In an action that showed off the dynamism of the movement in Detroit, a short-notice car caravan was organized against a last-minute item added to the City Council agenda: a proposal to renew the contract for the use of facial recognition technology in the city. Just the announcement of the caravan protest forced Mayor Duggan to pull the item from the agenda, though 40 cars were still mobilized to visit the homes of City Council members who attended the meeting virtually. Hundreds logged into the meeting heard council members express their “outrage” with the caravan. In truth, the council members were expressing for the first time in a long time their fear of the masses in action.    

Public Tribunal Against Police Brutality.  

During one of the daily marches, the protestors stopped by the area where the Algiers Hotel once stood, a key site of the 1967 Detroit uprising. There, former members of the League of Revolutionary Black Workers spoke of their experiences and expressed to the crowd the need to remain militant and on the streets. As revolutionary continuity was established and the torch passed on, a strategic political tactic was passed along as well: the public tribunal.  

The tribunal was re-fashioned to meet the needs of today. In 1967, a mock court had been created, with a judge, jury, prosecutor and defense attorneys present in full theatrical display. The public tribunal staged by Detroit Will Breathe was not a court trial, which organizers realized silences the voice of the oppressed and imposes injustice. Instead of emulating a flawed institution, the public tribunal was a public “hearing” where the voices of the oppressed and victims of police violence could speak about their experiences and tell the truth without hostility or interruption. 

During the videos and testimonies of the tribunal, DPD announced that one police officer had been suspended and 11 incidents are under investigation for excessive force against protestors. This quick response showed the effectiveness of this tactic. In the end, the tribunal voted to demand City Council and Mayor Duggan drop the charges against all protestors, defund and demilitarize DPD, and conduct a formal investigation into DPD’s use of excessive force against protestors.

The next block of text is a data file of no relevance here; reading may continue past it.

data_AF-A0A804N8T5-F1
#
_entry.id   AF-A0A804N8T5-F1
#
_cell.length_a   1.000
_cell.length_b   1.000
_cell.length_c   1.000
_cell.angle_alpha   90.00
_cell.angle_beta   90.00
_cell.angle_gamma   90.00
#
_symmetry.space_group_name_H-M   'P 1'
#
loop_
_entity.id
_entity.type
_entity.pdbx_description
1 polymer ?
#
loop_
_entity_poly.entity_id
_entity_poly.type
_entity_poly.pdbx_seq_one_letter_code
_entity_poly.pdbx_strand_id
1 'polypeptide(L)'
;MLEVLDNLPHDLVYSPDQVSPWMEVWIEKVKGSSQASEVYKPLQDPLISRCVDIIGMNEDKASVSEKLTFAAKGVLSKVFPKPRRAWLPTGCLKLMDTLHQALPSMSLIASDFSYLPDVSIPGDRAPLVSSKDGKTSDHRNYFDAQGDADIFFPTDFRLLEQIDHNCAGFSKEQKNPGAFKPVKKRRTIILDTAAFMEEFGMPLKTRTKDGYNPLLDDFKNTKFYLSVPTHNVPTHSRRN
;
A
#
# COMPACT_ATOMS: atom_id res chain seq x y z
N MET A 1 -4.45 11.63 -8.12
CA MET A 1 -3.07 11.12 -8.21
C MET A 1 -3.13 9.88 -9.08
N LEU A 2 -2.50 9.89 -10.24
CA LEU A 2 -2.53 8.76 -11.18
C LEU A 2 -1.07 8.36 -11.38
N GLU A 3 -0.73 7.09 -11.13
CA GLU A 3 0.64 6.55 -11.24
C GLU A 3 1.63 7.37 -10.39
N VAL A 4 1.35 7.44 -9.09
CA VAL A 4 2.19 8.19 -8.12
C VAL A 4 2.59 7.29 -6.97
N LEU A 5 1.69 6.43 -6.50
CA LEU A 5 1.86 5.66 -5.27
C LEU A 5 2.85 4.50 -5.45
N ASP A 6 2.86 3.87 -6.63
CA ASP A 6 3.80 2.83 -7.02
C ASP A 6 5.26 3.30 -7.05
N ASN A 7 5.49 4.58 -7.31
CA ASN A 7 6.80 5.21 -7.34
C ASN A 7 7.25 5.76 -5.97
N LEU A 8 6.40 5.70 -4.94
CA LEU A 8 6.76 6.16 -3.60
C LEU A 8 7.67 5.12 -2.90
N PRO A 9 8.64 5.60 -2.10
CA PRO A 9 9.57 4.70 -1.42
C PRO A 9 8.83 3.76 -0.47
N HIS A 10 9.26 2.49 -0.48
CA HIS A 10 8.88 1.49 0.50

Interventions of labor. 

The most consistent labor presence has been from the Detroit Federation of Teachers, with two union caucuses and rank and file members supporting the demand to remove police from the Detroit Public Community School District. This is a particularly vital demand since the school district has its own deputized police force. A contingent of dozens of International Brotherhood of Electrical Workers (IBEW) members have also joined the protests as well. Just as important has been the active participation of working-class youth, some in unions, but most not, in the daily mobilizations and in the leadership of the movement. The assemblies have acted as the organized “tribune of the people,” giving sectors of the working-class and specially oppressed an avenue to participate and shape struggle on a democratic and organized basis. But if these assemblies were to start occurring within the workplace, and not outside them, they could play a central role in organizing for strikes and mobilizations, and augment the movement with the might of labor. As a start, the involved caucasus could push their unions for assemblies. 

The protests demonstrate the need for revolutionary organization.  

In Detroit, a city marked by extreme segregation and stratification between white and Black residents and the surrounding suburbs, these struggles have awakened people to systemic inequality and the power of social struggles in addressing these inequalities. Many on the streets seek real and deep changes that capitalism, frankly, cannot provide. 

So many of those attending these protests looked to Bernie Sanders as a candidate for change. Yet the Democratic Party establishment united their forces to beat Bernie Sanders, and Sanders simply bowed down before the Democrats’ centrist candidate Joe Biden, refusing to build the type of independent movement he argued was so desperately needed. Sanders’ rejection of the movement’s demand to defund the police — in fact he believes they should get a raise —  illustrates why Sanders fails to be a real leader of the working-class and specially oppressed. This is why working class youth are taking up the task of building that independent movement.   

It is in this context that a revolutionary perspective must be put forward that facilitates the overall radicalization of the movement and the creation of revolutionary cadre. While the iron is hot, while minds are opening up to the reality and nature of oppression and inequality, revolutionaries must strike in order not to miss the window while it is open.  

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William Lewis

William is a hotel worker in Stamford, CT.